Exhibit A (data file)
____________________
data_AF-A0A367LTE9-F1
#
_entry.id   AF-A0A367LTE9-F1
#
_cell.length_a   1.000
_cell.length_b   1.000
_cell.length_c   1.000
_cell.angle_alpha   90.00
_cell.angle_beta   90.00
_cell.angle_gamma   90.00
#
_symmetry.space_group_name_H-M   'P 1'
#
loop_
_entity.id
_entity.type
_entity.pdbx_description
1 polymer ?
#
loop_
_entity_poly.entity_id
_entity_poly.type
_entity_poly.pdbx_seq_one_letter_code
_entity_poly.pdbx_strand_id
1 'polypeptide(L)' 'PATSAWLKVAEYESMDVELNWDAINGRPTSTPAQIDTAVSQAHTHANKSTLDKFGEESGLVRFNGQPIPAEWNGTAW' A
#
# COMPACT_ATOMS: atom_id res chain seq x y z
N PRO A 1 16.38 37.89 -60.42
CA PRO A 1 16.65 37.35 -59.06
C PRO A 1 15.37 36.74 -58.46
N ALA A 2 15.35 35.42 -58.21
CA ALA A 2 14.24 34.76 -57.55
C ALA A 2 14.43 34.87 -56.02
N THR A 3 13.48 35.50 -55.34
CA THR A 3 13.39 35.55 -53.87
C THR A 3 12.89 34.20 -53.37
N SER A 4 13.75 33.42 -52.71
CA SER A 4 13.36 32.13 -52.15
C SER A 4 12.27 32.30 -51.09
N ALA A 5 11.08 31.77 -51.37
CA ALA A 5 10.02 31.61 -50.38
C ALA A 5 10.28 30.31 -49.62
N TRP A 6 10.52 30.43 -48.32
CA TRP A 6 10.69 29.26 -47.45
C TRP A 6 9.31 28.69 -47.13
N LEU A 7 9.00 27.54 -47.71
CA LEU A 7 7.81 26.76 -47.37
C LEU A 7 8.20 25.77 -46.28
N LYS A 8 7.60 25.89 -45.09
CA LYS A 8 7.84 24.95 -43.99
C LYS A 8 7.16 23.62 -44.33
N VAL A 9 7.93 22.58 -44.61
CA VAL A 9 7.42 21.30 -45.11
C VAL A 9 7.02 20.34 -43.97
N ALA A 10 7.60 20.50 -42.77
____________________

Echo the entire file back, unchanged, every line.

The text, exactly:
data_AF-A0A367LTE9-F1
#
_entry.id   AF-A0A367LTE9-F1
#
_cell.length_a   1.000
_cell.length_b   1.000
_cell.length_c   1.000
_cell.angle_alpha   90.00
_cell.angle_beta   90.00
_cell.angle_gamma   90.00
#
_symmetry.space_group_name_H-M   'P 1'
#
loop_
_entity.id
_entity.type
_entity.pdbx_description
1 polymer ?
#
loop_
_entity_poly.entity_id
_entity_poly.type
_entity_poly.pdbx_seq_one_letter_code
_entity_poly.pdbx_strand_id
1 'polypeptide(L)' 'PATSAWLKVAEYESMDVELNWDAINGRPTSTPAQIDTAVSQAHTHANKSTLDKFGEESGLVRFNGQPIPAEWNGTAW' A
#
# COMPACT_ATOMS: atom_id res chain seq x y z
N PRO A 1 16.38 37.89 -60.42
CA PRO A 1 16.65 37.35 -59.06
C PRO A 1 15.37 36.74 -58.46
N ALA A 2 15.35 35.42 -58.21
CA ALA A 2 14.24 34.76 -57.55
C ALA A 2 14.43 34.87 -56.02
N THR A 3 13.48 35.50 -55.34
CA THR A 3 13.39 35.55 -53.87
C THR A 3 12.89 34.20 -53.37
N SER A 4 13.75 33.42 -52.71
CA SER A 4 13.36 32.13 -52.15
C SER A 4 12.27 32.30 -51.09
N ALA A 5 11.08 31.77 -51.37
CA ALA A 5 10.02 31.61 -50.38
C ALA A 5 10.28 30.31 -49.62
N TRP A 6 10.52 30.43 -48.32
CA TRP A 6 10.69 29.26 -47.45
C TRP A 6 9.31 28.69 -47.13
N LEU A 7 9.00 27.54 -47.71
CA LEU A 7 7.81 26.76 -47.37
C LEU A 7 8.20 25.77 -46.28
N LYS A 8 7.60 25.89 -45.09
CA LYS A 8 7.84 24.95 -43.99
C LYS A 8 7.16 23.62 -44.33
N VAL A 9 7.93 22.58 -44.61
CA VAL A 9 7.42 21.30 -45.11
C VAL A 9 7.02 20.34 -43.97
N ALA A 10 7.60 20.50 -42.77